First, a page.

Anne Cawrse (b. 1981) is an Australian composer of Orchestral, Chamber, Vocal/Choral and Solo music. She lives in Adelaide, South Australia.
Anne completed her PhD in Composition in 2008, having studied with Graeme Koehne and Charles Bodman Rae. Anne's penchant for text setting has made her the most commissioned composer of the award winning Adelaide Chamber Singers (four commissions since 2005) and a highly revered art song composer, with notable performances by Greta Bradman, Emma Horwood, Robert Macfarlane, Kate Macfarlane and Bethany Hill.
She is also highly sought after as an orchestral and chamber music composer, with commissions from the Adelaide Symphony Orchestra (…and then there was light), the Melbourne Symphony Orchestra (Musaic), the Australian String Quartet (ASME commission, Skittled), the Adelaide Wind Orchestra (Percussion Concerto: Skin Metal Wood) as well as a long standing relationship with Adelaide’s own Zephyr Quartet.
On Earth As In Heaven received the SA State award at the 2018 APRA/Australian Music Centre Classical Music Awards, and her orchestral work Musaic (composed for the Melbourne Symphony Orchestra) was a finalist in the 2008 awards. Other meaningful musical collaborations include works for guitarist Alex Tsiboulski, pianists Michael Ierace and Leigh Harrold, regular appearances of chamber music in The Firm New Music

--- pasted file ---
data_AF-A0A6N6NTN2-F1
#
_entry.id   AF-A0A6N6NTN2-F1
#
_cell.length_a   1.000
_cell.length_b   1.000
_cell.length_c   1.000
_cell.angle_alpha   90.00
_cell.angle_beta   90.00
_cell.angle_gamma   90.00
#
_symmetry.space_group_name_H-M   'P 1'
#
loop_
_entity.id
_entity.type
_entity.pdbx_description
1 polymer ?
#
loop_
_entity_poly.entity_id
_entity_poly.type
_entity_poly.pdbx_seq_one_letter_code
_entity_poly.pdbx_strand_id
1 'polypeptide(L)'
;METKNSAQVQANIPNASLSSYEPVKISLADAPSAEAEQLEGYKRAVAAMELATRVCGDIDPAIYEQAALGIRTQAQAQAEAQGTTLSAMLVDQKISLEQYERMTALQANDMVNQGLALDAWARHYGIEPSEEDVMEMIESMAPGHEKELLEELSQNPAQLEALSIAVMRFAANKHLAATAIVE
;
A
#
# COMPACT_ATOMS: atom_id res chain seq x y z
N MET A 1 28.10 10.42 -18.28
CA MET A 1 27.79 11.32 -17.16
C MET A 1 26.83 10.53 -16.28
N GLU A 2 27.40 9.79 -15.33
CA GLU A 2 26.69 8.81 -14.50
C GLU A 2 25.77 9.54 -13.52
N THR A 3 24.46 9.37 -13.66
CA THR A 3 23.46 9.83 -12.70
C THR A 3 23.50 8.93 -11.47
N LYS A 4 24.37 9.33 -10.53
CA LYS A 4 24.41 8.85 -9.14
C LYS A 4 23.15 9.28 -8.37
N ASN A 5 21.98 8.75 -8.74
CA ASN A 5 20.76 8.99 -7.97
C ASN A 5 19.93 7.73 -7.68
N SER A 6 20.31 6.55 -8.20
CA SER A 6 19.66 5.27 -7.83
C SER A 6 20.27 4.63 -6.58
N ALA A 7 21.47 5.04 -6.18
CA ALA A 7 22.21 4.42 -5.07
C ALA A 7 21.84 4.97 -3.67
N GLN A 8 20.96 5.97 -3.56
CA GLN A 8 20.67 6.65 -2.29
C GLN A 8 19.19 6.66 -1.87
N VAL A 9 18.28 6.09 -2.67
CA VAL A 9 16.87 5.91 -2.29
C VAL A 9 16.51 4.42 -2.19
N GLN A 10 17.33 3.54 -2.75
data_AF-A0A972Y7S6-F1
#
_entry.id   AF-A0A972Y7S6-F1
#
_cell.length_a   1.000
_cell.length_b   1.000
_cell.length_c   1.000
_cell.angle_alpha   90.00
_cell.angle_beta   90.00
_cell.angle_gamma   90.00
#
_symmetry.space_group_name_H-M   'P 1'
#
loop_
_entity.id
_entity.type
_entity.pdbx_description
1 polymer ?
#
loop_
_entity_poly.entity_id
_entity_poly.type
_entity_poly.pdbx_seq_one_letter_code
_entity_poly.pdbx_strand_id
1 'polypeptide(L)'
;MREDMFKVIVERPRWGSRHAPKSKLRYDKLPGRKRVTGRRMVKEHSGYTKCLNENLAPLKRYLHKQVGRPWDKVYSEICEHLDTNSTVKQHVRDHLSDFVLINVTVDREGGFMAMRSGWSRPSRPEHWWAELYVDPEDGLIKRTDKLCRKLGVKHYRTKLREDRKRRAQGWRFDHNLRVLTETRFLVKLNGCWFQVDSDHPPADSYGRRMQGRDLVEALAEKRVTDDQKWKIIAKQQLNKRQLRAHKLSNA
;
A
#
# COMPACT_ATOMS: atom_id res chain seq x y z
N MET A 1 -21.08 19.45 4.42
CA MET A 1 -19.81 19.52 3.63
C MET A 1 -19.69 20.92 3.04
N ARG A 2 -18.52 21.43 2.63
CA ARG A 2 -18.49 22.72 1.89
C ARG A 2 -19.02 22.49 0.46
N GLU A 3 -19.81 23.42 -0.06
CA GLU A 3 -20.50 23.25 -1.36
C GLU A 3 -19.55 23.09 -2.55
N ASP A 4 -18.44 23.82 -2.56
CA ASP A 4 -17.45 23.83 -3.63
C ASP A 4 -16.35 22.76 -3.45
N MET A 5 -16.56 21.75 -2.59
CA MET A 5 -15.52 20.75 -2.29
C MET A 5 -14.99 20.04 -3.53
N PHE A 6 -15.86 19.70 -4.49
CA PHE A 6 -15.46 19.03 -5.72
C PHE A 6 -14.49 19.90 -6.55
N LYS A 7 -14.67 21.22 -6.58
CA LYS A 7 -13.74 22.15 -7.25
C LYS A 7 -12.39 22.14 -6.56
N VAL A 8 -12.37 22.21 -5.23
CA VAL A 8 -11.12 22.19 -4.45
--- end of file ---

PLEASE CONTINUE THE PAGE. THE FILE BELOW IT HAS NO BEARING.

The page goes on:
Concert series, attendance at the Tasmanian Symphony Orchestra
Composer's School (2010), and regular performances and commissions by the Elder Conservatorium Symphony Orchestra.
Anne teaches theory, aural and composition at the Elder Conservatorium of Music. Her most substantial work to date is a two-act opera, Innocence, based on the novel 'Time's Long Ruin' by Stephen Orr. Aside from teaching and enjoying an idyllic existence by the beach with her husband Andrew and son Oscar, Anne is currently working on a new work for the Plexus Collective, a High School showcase piece for choir and orchestra, a Requiem Mass for presentation at Clayton Wesley Uniting Church at Easter, and (at least) two new works for String Quartet.
Text courtesy of the Australian Music Centre